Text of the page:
Mark gets some schooling in surgery

I’d be remiss if I didn’t note that Mark Hoofnagle of has exited the rarified (and much less stressful world) of the laboratory and has dived headlong right into the clinic again, starting out with his surgery rotation.

As an old geezer (OK, middle-aged; it just feels old when each year’s crop of new interns looks younger and younger), I’m amazed that he has any time at all to blog. Certainly, back in the day when giants walked the earth, such blogging would have been unlikely at best. It must be the 80 hour work week. In any case, he’s made some observations about surgery, many of which are spot-on, even though he’s been at it for only a week. Two cultural oddities among surgeons that he noticed right away:

  1. Surgeons always tuck in their scrubs.
  2. Surgeons must never have their stethoscope around their neck, it must be in their pocket (their least valuable tool – haha).
  3. Carrying anything other than a stethoscope, some gauze and supplies, and a pen light will lead to ferocious mockery. Pity the fool who would dare to bring a reflex hammer onto the surgical wards.

#1 is pretty much true; anesthesiologists and nurses are the only ones who frequently don’t tuck in their scrubs. #2 is absolutely true. In surgical circles, wearing your stethoscope around your neck is known as having a “flea collar” on and will result in serious ridicule. #3 must be institution-dependent. When I was a medical student, surgery interns and medical students loaded their pockets with gauze; IVs (nurses didn’t start IVs and few and far between were the IV teams at the hospitals at which I trained, meaning that medical students and interns did 90% of the IV starting); a stack of 3″ x 5″ cards, each completely covered with patient information, labs, test results, etc.; a pocket full of pens, the better to be able to supply one to one’s chief or attending when he inevitably forgets to bring one; and, of course, the Sanford Guide to Antimicrobial Therapy, that pocketbook of all antibiotic doses and usages that is indispensable on the wards. Basically, I think Mark is a bit off on #3. The rule is that, the higher up one progresses on the food chain as a surgeon, the less one keeps in his or her pockets. Interns and medical students usually pack their pockets full of stuff needed to to scut on the wards. Chief residents will usually have nothing more than a pen, a stethoscope, and either a PDA or (for the old school ones) a pack of 3″ x 5″ cards. Attendings will often dispense with the stethoscope (after all they can always turn to a resident and ask to use his) and the stack of cards.


  1. #1 NJ
    January 14, 2008

    …the higher up one progresses on the food chain as a surgeon, the less one keeps in his or her pockets

    So when you become an administrator, all you worry about in the operating room is the machine that goes “ping”?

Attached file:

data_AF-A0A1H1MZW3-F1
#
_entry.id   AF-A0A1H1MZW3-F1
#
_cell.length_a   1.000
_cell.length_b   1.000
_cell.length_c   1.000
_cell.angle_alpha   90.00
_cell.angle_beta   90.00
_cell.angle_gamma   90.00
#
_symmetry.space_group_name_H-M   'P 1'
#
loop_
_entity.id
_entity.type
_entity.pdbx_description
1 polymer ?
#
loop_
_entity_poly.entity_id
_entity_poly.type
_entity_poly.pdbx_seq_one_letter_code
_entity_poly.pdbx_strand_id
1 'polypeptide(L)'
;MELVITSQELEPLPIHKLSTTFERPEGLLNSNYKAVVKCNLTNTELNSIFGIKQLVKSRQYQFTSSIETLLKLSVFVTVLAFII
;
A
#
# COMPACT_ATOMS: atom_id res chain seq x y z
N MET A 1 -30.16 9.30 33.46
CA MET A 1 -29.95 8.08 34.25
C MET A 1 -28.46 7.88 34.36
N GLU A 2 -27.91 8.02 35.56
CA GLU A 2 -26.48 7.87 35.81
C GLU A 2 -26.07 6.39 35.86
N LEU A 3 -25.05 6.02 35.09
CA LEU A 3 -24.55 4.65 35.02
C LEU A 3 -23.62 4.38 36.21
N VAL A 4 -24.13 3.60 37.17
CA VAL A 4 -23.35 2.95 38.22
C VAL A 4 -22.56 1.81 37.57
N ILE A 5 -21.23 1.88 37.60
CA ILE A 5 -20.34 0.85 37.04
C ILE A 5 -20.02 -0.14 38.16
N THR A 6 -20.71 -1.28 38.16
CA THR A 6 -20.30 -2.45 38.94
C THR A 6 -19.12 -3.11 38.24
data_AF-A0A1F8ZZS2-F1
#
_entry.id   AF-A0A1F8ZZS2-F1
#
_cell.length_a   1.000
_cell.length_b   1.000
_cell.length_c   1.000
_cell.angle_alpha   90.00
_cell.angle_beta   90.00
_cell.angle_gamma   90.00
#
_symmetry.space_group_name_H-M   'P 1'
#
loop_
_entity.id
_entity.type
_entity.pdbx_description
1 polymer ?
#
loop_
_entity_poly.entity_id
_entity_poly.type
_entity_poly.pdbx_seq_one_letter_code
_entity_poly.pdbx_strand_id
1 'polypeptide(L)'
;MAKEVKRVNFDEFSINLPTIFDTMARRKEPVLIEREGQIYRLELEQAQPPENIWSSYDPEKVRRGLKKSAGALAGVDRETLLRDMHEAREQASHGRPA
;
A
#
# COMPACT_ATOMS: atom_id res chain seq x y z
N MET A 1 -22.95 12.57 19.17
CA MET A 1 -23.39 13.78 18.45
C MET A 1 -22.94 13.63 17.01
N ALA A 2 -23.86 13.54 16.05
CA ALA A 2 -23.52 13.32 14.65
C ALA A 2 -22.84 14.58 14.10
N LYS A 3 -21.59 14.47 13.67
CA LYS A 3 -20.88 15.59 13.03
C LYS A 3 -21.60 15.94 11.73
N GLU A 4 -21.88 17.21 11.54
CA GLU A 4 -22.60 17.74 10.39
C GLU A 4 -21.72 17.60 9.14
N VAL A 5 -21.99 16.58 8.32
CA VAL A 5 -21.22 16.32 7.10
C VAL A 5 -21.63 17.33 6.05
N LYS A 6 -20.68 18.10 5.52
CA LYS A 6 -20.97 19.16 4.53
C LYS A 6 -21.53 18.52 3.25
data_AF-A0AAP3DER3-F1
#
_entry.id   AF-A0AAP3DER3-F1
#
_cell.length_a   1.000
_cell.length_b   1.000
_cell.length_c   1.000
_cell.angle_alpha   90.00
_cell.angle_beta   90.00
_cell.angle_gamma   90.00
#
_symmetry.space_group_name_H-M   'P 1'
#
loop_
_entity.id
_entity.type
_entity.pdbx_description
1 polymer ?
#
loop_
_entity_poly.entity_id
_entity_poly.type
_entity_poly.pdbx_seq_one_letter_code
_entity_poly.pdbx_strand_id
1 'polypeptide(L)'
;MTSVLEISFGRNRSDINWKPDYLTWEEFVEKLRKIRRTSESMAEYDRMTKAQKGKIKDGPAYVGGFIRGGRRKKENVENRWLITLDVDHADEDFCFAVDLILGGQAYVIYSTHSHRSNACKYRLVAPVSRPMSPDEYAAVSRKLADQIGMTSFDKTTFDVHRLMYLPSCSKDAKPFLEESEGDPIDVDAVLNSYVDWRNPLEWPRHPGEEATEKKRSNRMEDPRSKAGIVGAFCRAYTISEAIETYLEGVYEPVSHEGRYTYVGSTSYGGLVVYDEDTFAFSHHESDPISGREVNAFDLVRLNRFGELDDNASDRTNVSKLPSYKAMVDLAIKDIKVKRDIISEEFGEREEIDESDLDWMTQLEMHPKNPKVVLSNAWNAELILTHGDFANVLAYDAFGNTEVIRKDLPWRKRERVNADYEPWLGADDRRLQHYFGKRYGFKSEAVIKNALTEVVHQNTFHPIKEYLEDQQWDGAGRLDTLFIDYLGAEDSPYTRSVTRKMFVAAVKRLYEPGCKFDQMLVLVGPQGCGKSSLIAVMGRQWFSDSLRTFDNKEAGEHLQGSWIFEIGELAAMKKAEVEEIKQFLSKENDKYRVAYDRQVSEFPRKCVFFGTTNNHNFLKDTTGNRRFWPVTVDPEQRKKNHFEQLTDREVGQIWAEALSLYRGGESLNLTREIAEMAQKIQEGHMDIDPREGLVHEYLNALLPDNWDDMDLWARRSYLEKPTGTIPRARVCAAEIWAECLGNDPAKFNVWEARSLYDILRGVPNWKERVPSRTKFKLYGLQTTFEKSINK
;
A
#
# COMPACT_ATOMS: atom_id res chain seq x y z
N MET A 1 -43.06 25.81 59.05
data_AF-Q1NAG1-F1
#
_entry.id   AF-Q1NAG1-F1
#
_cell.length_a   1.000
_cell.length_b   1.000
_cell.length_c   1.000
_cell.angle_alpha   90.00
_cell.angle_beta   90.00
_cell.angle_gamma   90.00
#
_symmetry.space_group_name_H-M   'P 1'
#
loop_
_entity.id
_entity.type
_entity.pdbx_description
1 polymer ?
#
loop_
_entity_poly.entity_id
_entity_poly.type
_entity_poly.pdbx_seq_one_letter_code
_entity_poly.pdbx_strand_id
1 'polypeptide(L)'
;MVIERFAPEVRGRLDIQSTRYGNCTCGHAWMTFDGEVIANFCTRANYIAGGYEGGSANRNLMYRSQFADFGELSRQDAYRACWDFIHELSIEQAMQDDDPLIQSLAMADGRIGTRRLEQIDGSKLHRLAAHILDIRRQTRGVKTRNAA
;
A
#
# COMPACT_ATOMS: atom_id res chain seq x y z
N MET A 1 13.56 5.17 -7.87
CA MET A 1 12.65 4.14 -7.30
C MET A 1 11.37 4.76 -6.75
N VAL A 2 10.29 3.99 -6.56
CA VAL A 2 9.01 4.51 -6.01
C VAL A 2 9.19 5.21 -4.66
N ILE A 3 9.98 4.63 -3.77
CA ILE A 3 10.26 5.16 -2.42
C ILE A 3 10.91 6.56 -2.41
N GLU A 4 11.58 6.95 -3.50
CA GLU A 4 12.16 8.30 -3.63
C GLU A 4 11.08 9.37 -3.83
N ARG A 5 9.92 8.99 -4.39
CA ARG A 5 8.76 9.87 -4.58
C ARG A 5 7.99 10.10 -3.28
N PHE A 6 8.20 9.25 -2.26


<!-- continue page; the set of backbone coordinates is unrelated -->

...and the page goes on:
2. #2 Janne
    January 14, 2008

    …the higher up one progresses on the food chain as a surgeon, the less one keeps in his or her pockets

    I think that’s a pretty general rule, actually. In any group from a hierarchical organization you can recognize the top person by them not carrying anything, and the bottom one by carrying them most. Think ministers coming to a cabinet meeting carrying nothing but a smile, while their assistant whatevers in the background are carrying the briefcases, files and whatnot. If you bring your car to the shop for service they may all wear uniforms, but you’ll inevitably talking to the guy carrying not much at all, while underlings scurry about with tools poking out from pockets everywhere.

    Here in Japan there is even a vaguely standard configuration for business visits: three (sometimes four) people, of different age. The top guy is the oldest and the boss. He never speaks or does much of anything – he just listens and gives the second guy authority to act by his prescence.

    The second guy is his assistant or protege and does most of the actual talking, question and answers, namecard exchanges, actual dealmaking and so on. He is likely the guy who knows all the details of the business in question, and it may well be his project to oversee.

    The third guy is invariably young – rarely over 30, unless we’re talking very high level deals. He’s new and still learning the business. His job is to carry everything except the second guy’s briefcase or file folder (this includes everybody’s luggage, projector, posters…), run and fetch, pay for things, save and organize all receipts and documents, be tech support for the group and set up stuff for presentations, make phone calls … And all the while keep silent, listen intently and hopefully pick up how “doing business” is actually done.

  3. #3 cooler
    January 15, 2008

    Jesus christ that idiot is going to become a doctor. They must have no standards anymore, just have a valid ID and 200,000 dollars.

  4. #4 khan
    January 15, 2008

    Dr. Christ?

  5. #5 trrll
    January 18, 2008

    Actually, cooler, Mark is an MD/PhD candidate, which is pretty much the top of the med student heap. But don’t worry, there are standards; as somebody who frequently Interviews prospective students, I’m fairly confident that you would not get in the door.

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